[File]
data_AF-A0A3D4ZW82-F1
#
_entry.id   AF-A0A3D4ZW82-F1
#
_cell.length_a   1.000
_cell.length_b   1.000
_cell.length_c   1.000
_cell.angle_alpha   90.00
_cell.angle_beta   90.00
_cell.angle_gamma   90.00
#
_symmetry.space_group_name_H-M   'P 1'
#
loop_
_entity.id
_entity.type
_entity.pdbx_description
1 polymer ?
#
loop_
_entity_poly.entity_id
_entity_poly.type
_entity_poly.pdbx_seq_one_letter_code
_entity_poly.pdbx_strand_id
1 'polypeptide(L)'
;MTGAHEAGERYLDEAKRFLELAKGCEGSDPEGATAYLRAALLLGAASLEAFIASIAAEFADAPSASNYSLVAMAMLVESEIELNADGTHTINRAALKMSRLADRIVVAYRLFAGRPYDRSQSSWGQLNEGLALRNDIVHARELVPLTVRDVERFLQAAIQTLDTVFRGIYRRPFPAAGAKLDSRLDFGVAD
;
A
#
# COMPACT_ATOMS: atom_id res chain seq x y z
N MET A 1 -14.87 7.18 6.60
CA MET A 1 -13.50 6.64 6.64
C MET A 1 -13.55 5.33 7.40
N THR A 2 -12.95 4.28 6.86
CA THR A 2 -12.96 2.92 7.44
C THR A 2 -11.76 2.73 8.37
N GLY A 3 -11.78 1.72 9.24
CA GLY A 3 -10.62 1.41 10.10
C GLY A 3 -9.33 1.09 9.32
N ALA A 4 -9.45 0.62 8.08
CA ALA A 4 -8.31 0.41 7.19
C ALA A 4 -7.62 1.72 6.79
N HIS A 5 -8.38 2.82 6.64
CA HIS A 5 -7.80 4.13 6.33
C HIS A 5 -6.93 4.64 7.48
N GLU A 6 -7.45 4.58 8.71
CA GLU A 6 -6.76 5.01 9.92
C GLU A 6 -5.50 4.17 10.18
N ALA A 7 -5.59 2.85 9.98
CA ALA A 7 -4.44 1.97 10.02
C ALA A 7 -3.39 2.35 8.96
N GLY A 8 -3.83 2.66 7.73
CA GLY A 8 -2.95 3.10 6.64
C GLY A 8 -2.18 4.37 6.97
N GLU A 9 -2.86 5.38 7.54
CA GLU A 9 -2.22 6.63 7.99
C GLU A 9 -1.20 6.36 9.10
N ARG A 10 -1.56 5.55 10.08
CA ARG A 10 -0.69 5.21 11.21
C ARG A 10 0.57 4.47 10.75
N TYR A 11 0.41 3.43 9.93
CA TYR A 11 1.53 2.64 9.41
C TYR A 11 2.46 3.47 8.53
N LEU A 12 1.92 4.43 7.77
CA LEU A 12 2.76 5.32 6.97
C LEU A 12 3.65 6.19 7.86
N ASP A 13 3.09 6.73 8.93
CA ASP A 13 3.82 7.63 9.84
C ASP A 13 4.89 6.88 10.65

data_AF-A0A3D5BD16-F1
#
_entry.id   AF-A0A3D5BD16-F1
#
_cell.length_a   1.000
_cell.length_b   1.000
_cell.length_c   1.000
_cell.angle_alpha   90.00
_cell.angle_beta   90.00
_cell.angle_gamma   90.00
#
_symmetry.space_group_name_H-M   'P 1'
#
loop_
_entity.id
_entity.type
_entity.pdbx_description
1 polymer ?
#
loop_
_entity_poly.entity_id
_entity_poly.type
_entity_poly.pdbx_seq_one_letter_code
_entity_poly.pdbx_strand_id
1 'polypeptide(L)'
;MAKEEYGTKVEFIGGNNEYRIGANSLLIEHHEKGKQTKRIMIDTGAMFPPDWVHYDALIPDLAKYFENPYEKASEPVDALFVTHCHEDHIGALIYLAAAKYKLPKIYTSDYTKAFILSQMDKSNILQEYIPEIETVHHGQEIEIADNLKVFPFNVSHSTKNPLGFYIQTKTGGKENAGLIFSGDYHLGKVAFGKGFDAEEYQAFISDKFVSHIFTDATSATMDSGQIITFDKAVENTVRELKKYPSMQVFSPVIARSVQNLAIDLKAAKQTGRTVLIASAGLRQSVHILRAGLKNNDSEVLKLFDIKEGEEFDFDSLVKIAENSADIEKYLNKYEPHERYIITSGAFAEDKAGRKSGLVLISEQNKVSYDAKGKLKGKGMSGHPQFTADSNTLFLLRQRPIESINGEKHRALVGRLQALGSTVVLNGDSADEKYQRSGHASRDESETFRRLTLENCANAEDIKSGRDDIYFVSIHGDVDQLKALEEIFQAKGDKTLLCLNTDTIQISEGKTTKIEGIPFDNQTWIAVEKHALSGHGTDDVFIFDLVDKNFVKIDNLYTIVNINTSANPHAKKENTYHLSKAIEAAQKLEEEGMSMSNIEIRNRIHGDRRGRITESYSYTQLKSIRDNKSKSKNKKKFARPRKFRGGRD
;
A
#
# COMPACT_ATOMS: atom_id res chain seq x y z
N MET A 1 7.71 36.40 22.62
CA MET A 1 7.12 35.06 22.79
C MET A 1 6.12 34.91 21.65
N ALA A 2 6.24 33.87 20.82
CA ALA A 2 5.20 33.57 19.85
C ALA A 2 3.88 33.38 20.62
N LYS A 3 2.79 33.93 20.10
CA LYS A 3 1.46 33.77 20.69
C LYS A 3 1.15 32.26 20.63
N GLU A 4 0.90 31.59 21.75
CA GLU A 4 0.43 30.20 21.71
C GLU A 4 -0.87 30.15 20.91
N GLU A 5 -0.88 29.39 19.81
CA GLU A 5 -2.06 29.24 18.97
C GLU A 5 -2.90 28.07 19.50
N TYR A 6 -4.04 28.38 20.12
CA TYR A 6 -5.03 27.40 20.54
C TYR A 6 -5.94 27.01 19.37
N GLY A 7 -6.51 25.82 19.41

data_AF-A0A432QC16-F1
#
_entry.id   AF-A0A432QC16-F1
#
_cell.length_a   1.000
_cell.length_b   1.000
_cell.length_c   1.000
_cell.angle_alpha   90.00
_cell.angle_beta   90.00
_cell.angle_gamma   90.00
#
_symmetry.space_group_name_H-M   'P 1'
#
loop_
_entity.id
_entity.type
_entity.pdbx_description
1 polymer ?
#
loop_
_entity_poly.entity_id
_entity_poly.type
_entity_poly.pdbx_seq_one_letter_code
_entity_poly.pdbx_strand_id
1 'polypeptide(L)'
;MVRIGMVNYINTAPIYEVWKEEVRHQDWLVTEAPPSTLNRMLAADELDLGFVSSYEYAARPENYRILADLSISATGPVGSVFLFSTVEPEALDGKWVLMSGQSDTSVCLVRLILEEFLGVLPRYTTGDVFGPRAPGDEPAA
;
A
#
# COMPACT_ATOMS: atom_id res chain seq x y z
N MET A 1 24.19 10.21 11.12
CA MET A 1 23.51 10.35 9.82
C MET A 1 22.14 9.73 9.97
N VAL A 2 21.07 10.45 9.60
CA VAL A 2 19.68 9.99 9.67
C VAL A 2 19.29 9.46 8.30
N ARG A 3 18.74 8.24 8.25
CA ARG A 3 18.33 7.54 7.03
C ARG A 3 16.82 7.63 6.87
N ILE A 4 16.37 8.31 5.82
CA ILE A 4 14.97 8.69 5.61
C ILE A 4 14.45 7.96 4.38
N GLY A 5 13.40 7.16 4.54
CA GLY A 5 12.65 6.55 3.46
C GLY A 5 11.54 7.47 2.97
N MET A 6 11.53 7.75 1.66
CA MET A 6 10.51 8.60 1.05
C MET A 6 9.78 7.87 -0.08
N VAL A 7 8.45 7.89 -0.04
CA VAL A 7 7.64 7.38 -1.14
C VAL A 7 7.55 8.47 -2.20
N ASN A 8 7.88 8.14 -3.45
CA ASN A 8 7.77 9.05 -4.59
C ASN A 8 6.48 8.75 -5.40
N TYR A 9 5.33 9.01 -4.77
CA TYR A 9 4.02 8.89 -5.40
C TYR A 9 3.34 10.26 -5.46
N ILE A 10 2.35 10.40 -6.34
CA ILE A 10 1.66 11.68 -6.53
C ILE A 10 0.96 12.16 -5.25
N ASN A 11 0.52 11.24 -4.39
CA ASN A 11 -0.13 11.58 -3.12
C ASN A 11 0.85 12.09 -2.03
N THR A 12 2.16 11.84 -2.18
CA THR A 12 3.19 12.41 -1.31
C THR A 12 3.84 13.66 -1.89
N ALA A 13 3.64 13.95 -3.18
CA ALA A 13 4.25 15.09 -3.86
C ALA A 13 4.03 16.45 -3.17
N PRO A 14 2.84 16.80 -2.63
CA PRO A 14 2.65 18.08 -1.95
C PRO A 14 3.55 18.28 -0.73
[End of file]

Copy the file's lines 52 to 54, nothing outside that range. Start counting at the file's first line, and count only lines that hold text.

N GLY A 8 -3.83 2.66 7.73
CA GLY A 8 -2.95 3.10 6.64
C GLY A 8 -2.18 4.37 6.97